Milking a First Freshener
Getting your first goat is THE BEST feeling. As soon as your goat comes into milk you start scheming and dreaming about all the things you’ll do with that rich, creamy goodness. Cheese, Soap, Ice Cream, Butter…you’re going to be unstoppable!
And then you try milking for the first time.
And suddenly you decide that store bought milk is probably better for you anyway.
First fresheners can be THE MOST frustrating thing on the planet. As most of our goats have been rescued from the slaughterhouse, and most likely came from dairys, they all had incredible manners. But then we got Mahidabelle. Not only was she a first freshener, she was WILD. Never been touched before, didn't care about people, not interested in you, wild!
But I’ll be damned if we didn’t train her to be a good milker. Here’s how we did it:
You need three things when training a first freshener. A sense of humor, patience, and waterproof clothing.
Getting your girl up on the stand is the first battle. We would lure Mahidabelle over to the stand with grain and then have to physically pick up her legs, front first, then back, in order to lock her in securely. (You’ll notice I said “we”. Training a wild goat to milk is AT LEAST a two man job). Once she was in the stand we let her get familiar with her surroundings.
Jenna from Bee Tree Farm puts it best, “I try to spoil the FFs on the stand and then slowly just put my hand on her udder while talking to her, giving her a cookie, whatever - just so they know they have to deal with the hand in order to get the treat. It can take a while but they always come around in the end.”
Once your girl has become accustomed to the stand, that’s half the battle. Now the milking. If this is your first milker than the chances are good you’re about as experienced at taking milk as your doe is at giving it. This is where the patience comes in. She’s frustrated with you, I PROMISE. Be kind to her, but firm. We didn’t use hobbles, mainly because I was scared to death Mahidabelle was going to take a flying leap off the stand and break both her legs. I don’t even know if this can happen but I’ve learned over the years, if you’re not comfortable with a tool maybe you shouldn’t be using it. That’s how people (and animals) get injured.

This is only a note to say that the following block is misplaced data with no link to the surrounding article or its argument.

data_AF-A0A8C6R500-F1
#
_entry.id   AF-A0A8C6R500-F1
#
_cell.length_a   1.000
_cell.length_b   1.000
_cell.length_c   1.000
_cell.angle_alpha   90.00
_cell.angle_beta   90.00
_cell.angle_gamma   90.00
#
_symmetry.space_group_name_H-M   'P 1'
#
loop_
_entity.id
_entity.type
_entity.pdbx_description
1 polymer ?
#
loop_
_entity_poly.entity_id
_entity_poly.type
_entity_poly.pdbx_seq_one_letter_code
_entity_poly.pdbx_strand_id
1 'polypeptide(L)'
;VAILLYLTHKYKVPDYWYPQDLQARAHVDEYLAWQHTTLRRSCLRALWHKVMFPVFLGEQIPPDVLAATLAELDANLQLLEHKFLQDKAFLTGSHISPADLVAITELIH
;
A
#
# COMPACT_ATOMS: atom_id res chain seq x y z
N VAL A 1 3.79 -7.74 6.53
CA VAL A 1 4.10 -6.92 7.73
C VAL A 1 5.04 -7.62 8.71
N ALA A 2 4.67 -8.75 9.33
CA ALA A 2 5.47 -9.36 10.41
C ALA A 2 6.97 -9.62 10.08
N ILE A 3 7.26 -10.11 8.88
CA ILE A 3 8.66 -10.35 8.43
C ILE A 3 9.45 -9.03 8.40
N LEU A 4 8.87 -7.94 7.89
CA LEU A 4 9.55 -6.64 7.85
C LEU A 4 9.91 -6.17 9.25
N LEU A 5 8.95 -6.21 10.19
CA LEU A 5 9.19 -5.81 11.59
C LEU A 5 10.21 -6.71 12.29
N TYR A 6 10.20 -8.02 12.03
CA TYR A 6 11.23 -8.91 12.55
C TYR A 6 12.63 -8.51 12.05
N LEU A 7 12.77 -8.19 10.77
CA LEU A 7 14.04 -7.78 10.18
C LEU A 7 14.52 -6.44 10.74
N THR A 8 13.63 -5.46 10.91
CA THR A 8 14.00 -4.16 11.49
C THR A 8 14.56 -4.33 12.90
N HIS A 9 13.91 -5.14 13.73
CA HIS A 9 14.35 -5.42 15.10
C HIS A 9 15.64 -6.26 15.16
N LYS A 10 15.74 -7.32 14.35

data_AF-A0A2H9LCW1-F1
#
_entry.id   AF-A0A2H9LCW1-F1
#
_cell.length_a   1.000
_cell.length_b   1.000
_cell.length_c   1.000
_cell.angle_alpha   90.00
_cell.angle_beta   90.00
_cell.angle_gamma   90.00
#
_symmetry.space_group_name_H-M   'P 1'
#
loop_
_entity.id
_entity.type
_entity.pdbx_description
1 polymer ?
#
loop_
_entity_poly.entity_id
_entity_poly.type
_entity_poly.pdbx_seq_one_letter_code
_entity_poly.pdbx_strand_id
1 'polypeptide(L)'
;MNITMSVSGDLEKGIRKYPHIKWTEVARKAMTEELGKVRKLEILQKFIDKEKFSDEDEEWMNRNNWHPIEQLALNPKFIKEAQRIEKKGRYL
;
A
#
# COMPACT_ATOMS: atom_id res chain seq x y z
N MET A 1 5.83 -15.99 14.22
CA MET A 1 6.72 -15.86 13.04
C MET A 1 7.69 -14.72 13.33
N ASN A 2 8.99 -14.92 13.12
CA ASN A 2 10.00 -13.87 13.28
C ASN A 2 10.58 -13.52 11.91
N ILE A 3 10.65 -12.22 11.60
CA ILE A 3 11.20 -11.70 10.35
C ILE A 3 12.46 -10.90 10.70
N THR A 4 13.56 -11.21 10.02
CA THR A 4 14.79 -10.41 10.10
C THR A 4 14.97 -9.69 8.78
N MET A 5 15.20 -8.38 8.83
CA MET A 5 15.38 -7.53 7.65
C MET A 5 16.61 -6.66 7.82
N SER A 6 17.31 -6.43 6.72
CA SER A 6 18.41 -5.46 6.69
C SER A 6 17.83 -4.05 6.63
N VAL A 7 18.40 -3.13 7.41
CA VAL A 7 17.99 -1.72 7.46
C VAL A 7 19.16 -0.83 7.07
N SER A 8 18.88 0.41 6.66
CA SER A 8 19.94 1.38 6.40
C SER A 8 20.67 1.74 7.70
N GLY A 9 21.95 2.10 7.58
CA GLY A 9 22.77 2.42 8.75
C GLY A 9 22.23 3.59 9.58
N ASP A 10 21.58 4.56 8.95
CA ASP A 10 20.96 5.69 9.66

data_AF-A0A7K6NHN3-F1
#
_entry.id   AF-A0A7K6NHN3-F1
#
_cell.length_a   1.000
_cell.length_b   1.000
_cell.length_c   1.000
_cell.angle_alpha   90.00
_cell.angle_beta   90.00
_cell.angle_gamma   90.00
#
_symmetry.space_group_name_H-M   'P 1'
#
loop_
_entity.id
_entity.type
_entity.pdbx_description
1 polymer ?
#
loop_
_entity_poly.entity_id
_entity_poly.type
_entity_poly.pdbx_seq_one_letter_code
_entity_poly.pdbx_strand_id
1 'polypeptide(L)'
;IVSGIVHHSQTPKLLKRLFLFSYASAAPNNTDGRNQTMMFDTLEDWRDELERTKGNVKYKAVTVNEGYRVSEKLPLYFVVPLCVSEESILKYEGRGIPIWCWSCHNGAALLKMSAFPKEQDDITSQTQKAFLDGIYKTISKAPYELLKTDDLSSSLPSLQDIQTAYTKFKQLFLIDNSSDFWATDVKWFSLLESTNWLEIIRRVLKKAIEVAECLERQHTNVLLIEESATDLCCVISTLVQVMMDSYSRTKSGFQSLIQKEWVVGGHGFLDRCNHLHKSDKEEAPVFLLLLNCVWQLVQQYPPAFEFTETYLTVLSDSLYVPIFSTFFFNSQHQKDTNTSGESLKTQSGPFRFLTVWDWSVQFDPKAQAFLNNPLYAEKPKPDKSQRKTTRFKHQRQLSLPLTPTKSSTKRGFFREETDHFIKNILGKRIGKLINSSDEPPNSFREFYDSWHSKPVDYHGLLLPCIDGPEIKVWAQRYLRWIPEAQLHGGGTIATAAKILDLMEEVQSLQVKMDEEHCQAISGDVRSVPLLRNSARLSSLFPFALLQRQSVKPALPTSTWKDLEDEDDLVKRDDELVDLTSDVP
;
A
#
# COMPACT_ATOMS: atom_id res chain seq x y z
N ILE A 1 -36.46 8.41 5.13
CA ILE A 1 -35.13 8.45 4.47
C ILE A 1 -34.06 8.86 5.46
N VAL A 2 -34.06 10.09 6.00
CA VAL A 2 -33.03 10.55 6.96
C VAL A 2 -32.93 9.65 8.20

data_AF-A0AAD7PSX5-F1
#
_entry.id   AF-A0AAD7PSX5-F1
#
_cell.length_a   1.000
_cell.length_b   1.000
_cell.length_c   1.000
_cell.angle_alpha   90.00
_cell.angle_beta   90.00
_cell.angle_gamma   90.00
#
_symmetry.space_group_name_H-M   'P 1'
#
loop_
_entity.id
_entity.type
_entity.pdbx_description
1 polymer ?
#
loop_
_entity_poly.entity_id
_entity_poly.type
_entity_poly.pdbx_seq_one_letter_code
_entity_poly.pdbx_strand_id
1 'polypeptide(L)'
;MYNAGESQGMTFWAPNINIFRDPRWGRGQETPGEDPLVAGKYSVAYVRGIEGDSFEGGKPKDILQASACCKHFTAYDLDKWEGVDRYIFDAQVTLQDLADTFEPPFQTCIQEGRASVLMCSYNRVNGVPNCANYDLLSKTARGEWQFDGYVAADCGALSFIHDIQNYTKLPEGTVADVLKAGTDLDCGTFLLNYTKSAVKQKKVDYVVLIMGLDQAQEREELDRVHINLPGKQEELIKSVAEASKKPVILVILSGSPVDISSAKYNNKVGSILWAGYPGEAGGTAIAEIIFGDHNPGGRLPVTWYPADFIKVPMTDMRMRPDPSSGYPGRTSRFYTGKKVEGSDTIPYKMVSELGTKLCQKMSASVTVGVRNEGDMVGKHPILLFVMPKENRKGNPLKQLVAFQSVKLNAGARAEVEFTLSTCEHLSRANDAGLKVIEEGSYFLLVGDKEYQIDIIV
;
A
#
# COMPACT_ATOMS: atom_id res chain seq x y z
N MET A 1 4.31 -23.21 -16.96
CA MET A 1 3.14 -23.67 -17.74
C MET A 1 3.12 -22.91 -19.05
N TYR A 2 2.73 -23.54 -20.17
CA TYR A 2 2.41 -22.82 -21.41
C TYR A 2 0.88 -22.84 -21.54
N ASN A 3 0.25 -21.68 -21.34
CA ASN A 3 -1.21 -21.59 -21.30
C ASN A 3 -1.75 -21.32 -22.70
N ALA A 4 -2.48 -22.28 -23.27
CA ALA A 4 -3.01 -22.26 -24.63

Another quote from Jenna, “If she's getting on the stand by herself - that's almost half the battle - seriously. Deep breaths, concentrate on learning to work fast and gently, and she will definitely get better on the stand and start producing more. I think at least 50% of farming is patience.”
Nick would stand behind Mahidabelle almost draping his chest against her back, and hold her back legs. He spoke very softly to her this whole time. I was positioned under her and would start milking as fast as I could (in our case we’d already had experience milking so Mahidabelle got lucky there).
We did this for a month. 30 DAYS. Mahidabelle was definitely on the extreme end of milking, but, that’s probably because she wasn’t a tame goat to begin with. In that 30 days I got almost no milk. Well, let me rephrase. I got almost no useable milk. Mahidabelle either kicked the pail over or dropped a foot in. This is where she earned her nickname Mashitabelle (remember, sense of humor is key when dealing with goats!) Also, goat milk splashing all over your lap…not awesome. Try to shower as soon as you can afterwards…people will start to talk about your “odor.”
Every time you milk, try to end on a good note. If your goat is fussy and you quit, then suddenly she learns that by being fussy she gets to leave. Goats are smart (like velociraptor smart) and will continually test you if you give them the space to. Try to end on a good note so that you’re both pleased with the experience.
And then one day I went out by myself to milk and Mahidabelle came running when I called her, jumped up on the stand and waited to be milked. It was only as I was wrapping up that I realized I never even bothered to lock her head in. That milk later became ice cream and, I can assure you, it was the best tasting ice cream I’ve ever had.
Speaking of First Fresheners...
Jenna is currently selling some incredible dairy stock. If you're in or near the Austin, Texas area you should definitely check them out. Jenna has impeccable taste when it comes to goats and has skillfully chosen her herd genetics with an eye for temperament and production. Unfortunately, as with all animal breeders, diversification of herd genetics is important. In order to keep producing top of the line stock we have to continually add new blood. Her loss could be your gain! Below you'll find copies of her craigslist ad.
2 Nubian Bucklings, 1 Nubian Doeling Three beautiful Nubian babies for sale as bottle babies or will be weaned and ready to go in one month. Born 3/8/14, two bucklings ($100) and one doeling ($150) available. Mother is from a local dairy/cheese maker and peaked at 10 lbs/day during her first freshening. Father is registered Nubian and mother is 75% Nubian/25% Alpine. Spotted baby is a buckling, all black baby is a buckling, and baby with white patch on side is doeling. All are disbudded and will make wonderful additions to a dairy herd. Both parents on site.
2 Nubian Doelings - $150 We are accepting deposits on two beautiful Nubian doelings, born 3/29/14. They are being dam raised and will be weaned in two months or may go now as bottle babies. Mother is a first freshener and comes from strong dairy lines out of a local dairy/cheese maker.
Please email: firstname.lastname@example.org or call/text Jenna: 512-470-8824